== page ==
Thumbprint News, a Michigan regional, published my article, “After School Special: Serving Robotics,” in the November issue. The issue is in PDF form.
Joanna M. Weston
Two poems from my book, A Summer Father, are up at 7Beats, Here and Now with stunning photos by Thomas Costales: “To Obliterate,” and “The House Martin.” Scroll way down.
1. I received a letter from Chris Mudge, Executive Director of the Iowa Newspaper Association (INA), notifying me the INA has named me a "Friend of Iowa Newspapers" for partnering with the INA on its year-long project, “Gone Cold: Exploring Iowa's Unsolved Murders.”
2. On Oct. 27, I did a Skype interview with Karen Lajon, international grand reporter from the La Journal du Dimanche Paris newspaper. Karen, considered one of the top five worldwide correspondents, was just beginning a new five-part series.
The series features five separate women from all around the globe who'd been the first to make a foray into a "strange and/or unconventional career field," and prove to be not only successful but make a significant impact on lives and the world around them. Again, I felt honored to represent US women and the changes we are capable of making. The story is here (in French, of course).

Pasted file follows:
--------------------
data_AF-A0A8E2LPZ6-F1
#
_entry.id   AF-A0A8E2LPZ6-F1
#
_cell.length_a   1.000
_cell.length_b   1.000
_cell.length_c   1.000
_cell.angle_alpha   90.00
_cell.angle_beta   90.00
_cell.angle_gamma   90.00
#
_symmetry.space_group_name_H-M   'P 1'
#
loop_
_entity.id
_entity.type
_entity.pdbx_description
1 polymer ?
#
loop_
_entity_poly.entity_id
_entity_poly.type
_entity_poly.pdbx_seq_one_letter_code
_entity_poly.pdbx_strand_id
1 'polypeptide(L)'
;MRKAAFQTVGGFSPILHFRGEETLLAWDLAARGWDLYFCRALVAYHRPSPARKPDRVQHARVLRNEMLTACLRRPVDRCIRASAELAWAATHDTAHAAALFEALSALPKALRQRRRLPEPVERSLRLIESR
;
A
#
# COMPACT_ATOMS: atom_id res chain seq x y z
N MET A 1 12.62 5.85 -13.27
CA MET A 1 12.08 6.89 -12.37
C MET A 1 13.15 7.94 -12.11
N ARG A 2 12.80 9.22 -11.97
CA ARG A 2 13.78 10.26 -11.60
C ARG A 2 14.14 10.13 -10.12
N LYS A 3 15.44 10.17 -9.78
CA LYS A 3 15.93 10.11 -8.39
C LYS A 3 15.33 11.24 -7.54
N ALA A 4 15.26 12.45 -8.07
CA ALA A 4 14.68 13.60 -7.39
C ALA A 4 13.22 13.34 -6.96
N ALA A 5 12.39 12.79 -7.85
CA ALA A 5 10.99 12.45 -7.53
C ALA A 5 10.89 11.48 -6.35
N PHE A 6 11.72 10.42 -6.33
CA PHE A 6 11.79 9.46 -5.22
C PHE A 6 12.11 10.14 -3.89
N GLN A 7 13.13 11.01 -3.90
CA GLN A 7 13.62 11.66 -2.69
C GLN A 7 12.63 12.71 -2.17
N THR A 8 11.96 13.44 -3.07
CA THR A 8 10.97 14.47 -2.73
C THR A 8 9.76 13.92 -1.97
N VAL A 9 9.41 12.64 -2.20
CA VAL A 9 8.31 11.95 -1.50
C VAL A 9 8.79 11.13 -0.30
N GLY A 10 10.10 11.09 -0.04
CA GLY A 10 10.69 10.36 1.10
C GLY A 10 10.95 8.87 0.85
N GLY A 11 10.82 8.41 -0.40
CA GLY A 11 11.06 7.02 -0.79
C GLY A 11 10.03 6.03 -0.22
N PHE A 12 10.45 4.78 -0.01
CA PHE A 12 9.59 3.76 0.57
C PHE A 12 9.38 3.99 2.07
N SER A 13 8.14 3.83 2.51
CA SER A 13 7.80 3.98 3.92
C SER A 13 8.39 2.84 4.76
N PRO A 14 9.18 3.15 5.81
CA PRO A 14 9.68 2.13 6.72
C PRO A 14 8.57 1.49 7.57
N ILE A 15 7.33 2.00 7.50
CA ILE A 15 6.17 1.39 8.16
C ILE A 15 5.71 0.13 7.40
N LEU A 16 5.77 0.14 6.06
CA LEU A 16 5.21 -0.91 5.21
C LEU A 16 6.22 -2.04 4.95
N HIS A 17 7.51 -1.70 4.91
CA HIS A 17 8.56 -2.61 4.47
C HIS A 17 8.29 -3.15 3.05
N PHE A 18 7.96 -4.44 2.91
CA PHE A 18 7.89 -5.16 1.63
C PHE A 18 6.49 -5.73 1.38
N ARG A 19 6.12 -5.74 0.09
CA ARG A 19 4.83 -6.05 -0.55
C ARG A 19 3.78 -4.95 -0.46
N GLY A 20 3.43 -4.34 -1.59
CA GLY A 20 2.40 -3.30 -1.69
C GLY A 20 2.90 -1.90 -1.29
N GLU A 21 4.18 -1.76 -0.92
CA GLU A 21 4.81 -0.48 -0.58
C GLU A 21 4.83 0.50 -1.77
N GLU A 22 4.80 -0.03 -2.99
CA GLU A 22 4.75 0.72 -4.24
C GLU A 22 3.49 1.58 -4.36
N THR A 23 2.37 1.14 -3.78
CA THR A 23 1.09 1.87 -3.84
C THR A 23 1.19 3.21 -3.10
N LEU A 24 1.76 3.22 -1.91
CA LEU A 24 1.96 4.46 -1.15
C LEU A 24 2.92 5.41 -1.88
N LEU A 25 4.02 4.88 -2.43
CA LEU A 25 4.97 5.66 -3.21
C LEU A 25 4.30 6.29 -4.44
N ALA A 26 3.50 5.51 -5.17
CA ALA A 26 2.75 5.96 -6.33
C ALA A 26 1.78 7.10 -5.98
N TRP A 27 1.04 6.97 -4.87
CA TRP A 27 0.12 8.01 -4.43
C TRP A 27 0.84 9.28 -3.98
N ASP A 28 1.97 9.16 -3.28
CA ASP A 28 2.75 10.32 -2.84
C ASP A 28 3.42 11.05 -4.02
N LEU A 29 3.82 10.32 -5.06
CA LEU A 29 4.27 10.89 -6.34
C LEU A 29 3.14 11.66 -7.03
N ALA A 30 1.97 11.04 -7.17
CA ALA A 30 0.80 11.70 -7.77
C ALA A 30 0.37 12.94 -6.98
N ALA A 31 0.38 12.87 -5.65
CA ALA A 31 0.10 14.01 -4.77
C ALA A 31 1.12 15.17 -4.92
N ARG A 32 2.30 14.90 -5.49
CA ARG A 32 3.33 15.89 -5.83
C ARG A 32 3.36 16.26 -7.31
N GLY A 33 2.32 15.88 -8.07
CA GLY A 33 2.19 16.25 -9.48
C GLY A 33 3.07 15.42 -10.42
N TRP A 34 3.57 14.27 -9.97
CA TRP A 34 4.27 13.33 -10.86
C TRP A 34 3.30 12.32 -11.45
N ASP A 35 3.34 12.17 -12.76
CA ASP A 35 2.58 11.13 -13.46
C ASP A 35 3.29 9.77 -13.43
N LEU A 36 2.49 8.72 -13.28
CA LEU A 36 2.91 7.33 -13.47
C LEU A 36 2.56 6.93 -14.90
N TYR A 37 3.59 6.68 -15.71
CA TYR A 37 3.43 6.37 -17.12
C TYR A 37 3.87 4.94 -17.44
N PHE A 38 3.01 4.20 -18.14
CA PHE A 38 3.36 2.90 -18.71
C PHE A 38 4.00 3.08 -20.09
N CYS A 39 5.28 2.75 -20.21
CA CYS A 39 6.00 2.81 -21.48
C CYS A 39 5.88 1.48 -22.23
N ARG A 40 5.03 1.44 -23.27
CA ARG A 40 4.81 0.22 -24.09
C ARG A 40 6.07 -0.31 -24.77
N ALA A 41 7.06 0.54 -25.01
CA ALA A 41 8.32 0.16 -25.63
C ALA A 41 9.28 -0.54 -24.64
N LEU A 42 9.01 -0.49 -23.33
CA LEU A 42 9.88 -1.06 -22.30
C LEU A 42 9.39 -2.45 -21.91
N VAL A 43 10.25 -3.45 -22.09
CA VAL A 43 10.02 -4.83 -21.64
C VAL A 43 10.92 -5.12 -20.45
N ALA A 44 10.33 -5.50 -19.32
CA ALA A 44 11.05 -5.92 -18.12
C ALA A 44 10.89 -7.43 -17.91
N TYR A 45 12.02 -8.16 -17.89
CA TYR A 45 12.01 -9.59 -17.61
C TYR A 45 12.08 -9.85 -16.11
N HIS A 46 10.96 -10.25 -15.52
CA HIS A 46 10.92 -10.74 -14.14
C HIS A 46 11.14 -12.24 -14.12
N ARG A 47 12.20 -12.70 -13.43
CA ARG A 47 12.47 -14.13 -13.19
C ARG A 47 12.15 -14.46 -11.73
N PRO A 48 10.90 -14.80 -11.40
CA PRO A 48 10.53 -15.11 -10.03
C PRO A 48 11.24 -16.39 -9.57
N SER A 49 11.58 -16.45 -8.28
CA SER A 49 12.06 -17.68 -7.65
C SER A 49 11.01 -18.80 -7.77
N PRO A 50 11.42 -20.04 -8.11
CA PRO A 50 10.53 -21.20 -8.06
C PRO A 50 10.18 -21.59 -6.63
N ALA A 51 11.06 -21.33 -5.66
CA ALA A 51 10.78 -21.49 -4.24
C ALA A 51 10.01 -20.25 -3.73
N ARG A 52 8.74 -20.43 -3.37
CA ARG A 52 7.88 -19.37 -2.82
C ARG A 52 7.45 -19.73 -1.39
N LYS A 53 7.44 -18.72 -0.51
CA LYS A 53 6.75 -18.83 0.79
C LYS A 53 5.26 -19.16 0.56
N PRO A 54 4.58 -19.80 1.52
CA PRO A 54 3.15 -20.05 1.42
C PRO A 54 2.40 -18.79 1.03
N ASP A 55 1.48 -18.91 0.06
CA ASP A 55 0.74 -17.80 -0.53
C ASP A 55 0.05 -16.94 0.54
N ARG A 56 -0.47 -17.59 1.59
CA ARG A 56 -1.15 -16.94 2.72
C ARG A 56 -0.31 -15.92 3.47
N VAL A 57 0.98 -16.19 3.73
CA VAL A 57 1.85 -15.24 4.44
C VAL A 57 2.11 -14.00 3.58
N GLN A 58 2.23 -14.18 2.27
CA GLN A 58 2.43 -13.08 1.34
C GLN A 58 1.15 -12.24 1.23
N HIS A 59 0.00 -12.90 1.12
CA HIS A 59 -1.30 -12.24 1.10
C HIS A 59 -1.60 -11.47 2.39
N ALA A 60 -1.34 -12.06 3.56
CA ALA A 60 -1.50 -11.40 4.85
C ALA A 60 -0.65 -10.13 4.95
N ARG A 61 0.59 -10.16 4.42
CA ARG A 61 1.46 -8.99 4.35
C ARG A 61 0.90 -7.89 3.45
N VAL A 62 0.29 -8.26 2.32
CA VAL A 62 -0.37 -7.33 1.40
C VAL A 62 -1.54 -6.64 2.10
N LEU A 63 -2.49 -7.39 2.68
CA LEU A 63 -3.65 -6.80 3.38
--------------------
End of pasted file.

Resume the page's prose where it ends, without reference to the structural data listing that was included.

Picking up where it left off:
3. Two Iowa attorneys (both former county attorneys who now work in private law practices) were fueled by the work I've done with Iowa Cold Cases and the "Gone Cold" series, and have partnered up to work with ICC to pursue criminal indictments on specific cases, and both will be working pro bono. They'll be meeting with me soon to go through some of the case files I've put together.
My latest book review of "Between Lions and Lambs" is up at Underground Book Reviews. It's a rather scathing review (2.5 stars). I thought I'd feel worse giving it, but I don't. Instead, I feel a bit of resentment toward the author for my wasted time reading something that had clearly never seen an editor. Particularly sad given the writer's bio... he has an MA in Creative Writing, and has apparently won some writing awards.
UBR provides good guidelines for reviewers--and lets authors know when they offer their book up for review and it's selected, they will get an honest review. That means they have to be prepared to receive fewer than 5-stars, something that seems to worry authors on Amazon where everyone thinks because they published a book it deserves 5-stars. This author could have clearly benefited more from some time on IWW than he did from his time in the CSU-Sacramento creative writing program!